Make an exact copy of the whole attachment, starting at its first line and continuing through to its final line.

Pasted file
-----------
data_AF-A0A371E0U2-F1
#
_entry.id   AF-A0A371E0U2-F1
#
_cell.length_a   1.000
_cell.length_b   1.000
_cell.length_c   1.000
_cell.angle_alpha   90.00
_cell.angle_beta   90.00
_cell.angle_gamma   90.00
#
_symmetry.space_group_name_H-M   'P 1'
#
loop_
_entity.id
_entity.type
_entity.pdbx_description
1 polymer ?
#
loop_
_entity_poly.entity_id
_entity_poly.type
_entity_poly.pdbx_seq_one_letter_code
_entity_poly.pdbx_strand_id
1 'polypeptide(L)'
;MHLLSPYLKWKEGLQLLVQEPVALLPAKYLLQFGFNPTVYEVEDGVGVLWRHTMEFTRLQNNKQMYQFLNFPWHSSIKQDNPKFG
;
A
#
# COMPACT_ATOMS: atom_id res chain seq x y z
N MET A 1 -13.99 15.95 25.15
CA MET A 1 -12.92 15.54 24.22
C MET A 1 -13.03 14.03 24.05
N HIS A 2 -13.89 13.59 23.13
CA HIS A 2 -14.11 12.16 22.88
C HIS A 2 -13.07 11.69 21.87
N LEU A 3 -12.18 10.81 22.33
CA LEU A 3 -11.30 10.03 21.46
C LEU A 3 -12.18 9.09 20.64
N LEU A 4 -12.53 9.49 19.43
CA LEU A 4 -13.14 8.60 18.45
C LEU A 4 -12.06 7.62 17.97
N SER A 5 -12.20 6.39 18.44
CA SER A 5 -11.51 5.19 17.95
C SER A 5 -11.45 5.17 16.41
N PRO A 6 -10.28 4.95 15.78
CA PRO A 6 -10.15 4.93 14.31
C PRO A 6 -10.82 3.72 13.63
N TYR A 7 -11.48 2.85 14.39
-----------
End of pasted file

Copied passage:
data_AF-A0A371E0U2-F1
#
_entry.id   AF-A0A371E0U2-F1
#
_cell.length_a   1.000
_cell.length_b   1.000
_cell.length_c   1.000
_cell.angle_alpha   90.00
_cell.angle_beta   90.00
_cell.angle_gamma   90.00
#
_symmetry.space_group_name_H-M   'P 1'
#
loop_
_entity.id
_entity.type
_entity.pdbx_description
1 polymer ?
#
loop_
_entity_poly.entity_id
_entity_poly.type
_entity_poly.pdbx_seq_one_letter_code
_entity_poly.pdbx_strand_id
1 'polypeptide(L)'
;MHLLSPYLKWKEGLQLLVQEPVALLPAKYLLQFGFNPTVYEVEDGVGVLWRHTMEFTRLQNNKQMYQFLNFPWHSSIKQDNPKFG
;
A
#
# COMPACT_ATOMS: atom_id res chain seq x y z
N MET A 1 -13.99 15.95 25.15
CA MET A 1 -12.92 15.54 24.22
C MET A 1 -13.03 14.03 24.05
N HIS A 2 -13.89 13.59 23.13
CA HIS A 2 -14.11 12.16 22.88
C HIS A 2 -13.07 11.69 21.87
N LEU A 3 -12.18 10.81 22.33
CA LEU A 3 -11.30 10.03 21.46
C LEU A 3 -12.18 9.09 20.64
N LEU A 4 -12.53 9.49 19.43
CA LEU A 4 -13.14 8.60 18.45
C LEU A 4 -12.06 7.62 17.97
N SER A 5 -12.20 6.39 18.44
CA SER A 5 -11.51 5.19 17.95
C SER A 5 -11.45 5.17 16.41
N PRO A 6 -10.28 4.95 15.78
CA PRO A 6 -10.15 4.93 14.31
C PRO A 6 -10.82 3.72 13.63
N TYR A 7 -11.48 2.85 14.39